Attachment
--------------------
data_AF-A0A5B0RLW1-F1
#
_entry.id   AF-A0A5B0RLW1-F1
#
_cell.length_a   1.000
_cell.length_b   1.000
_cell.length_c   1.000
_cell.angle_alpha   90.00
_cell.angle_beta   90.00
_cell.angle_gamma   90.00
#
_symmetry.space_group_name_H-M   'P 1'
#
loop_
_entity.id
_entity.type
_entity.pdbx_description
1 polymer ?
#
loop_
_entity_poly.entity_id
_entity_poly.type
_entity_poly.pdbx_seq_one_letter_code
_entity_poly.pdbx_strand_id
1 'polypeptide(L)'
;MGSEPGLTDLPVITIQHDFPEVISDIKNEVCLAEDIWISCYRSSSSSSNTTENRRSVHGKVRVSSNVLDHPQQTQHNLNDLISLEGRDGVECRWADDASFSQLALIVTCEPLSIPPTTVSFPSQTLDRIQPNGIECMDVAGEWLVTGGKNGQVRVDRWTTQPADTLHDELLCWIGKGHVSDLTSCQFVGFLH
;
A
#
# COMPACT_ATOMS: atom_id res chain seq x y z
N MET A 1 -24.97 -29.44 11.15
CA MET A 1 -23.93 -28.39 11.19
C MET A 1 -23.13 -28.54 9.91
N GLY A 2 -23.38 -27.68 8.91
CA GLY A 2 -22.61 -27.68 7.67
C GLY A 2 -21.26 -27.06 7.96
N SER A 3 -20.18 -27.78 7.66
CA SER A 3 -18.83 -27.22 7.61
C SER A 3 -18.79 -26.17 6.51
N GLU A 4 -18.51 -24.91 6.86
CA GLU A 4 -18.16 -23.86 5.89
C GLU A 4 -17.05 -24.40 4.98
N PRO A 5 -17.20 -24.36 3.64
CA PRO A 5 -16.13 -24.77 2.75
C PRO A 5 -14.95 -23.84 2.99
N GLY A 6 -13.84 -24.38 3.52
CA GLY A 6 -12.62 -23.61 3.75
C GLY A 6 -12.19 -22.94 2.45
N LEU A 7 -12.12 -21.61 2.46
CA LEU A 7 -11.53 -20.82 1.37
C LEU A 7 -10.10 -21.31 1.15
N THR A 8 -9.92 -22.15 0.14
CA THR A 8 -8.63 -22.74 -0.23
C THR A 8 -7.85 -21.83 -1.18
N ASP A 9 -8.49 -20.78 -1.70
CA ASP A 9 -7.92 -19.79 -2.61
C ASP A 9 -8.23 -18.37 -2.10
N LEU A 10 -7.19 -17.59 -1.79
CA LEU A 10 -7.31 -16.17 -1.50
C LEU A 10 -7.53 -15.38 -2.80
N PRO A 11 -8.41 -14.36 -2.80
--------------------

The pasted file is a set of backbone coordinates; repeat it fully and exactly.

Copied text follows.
data_AF-A0A5B0RLW1-F1
#
_entry.id   AF-A0A5B0RLW1-F1
#
_cell.length_a   1.000
_cell.length_b   1.000
_cell.length_c   1.000
_cell.angle_alpha   90.00
_cell.angle_beta   90.00
_cell.angle_gamma   90.00
#
_symmetry.space_group_name_H-M   'P 1'
#
loop_
_entity.id
_entity.type
_entity.pdbx_description
1 polymer ?
#
loop_
_entity_poly.entity_id
_entity_poly.type
_entity_poly.pdbx_seq_one_letter_code
_entity_poly.pdbx_strand_id
1 'polypeptide(L)'
;MGSEPGLTDLPVITIQHDFPEVISDIKNEVCLAEDIWISCYRSSSSSSNTTENRRSVHGKVRVSSNVLDHPQQTQHNLNDLISLEGRDGVECRWADDASFSQLALIVTCEPLSIPPTTVSFPSQTLDRIQPNGIECMDVAGEWLVTGGKNGQVRVDRWTTQPADTLHDELLCWIGKGHVSDLTSCQFVGFLH
;
A
#
# COMPACT_ATOMS: atom_id res chain seq x y z
N MET A 1 -24.97 -29.44 11.15
CA MET A 1 -23.93 -28.39 11.19
C MET A 1 -23.13 -28.54 9.91
N GLY A 2 -23.38 -27.68 8.91
CA GLY A 2 -22.61 -27.68 7.67
C GLY A 2 -21.26 -27.06 7.96
N SER A 3 -20.18 -27.78 7.66
CA SER A 3 -18.83 -27.22 7.61
C SER A 3 -18.79 -26.17 6.51
N GLU A 4 -18.51 -24.91 6.86
CA GLU A 4 -18.16 -23.86 5.89
C GLU A 4 -17.05 -24.40 4.98
N PRO A 5 -17.20 -24.36 3.64
CA PRO A 5 -16.13 -24.77 2.75
C PRO A 5 -14.95 -23.84 2.99
N GLY A 6 -13.84 -24.38 3.52
CA GLY A 6 -12.62 -23.61 3.75
C GLY A 6 -12.19 -22.94 2.45
N LEU A 7 -12.12 -21.61 2.46
CA LEU A 7 -11.53 -20.82 1.37
C LEU A 7 -10.10 -21.31 1.15
N THR A 8 -9.92 -22.15 0.14
CA THR A 8 -8.63 -22.74 -0.23
C THR A 8 -7.85 -21.83 -1.18
N ASP A 9 -8.49 -20.78 -1.70
CA ASP A 9 -7.92 -19.79 -2.61
C ASP A 9 -8.23 -18.37 -2.10
N LEU A 10 -7.19 -17.59 -1.79
CA LEU A 10 -7.31 -16.17 -1.50
C LEU A 10 -7.53 -15.38 -2.80
N PRO A 11 -8.41 -14.36 -2.80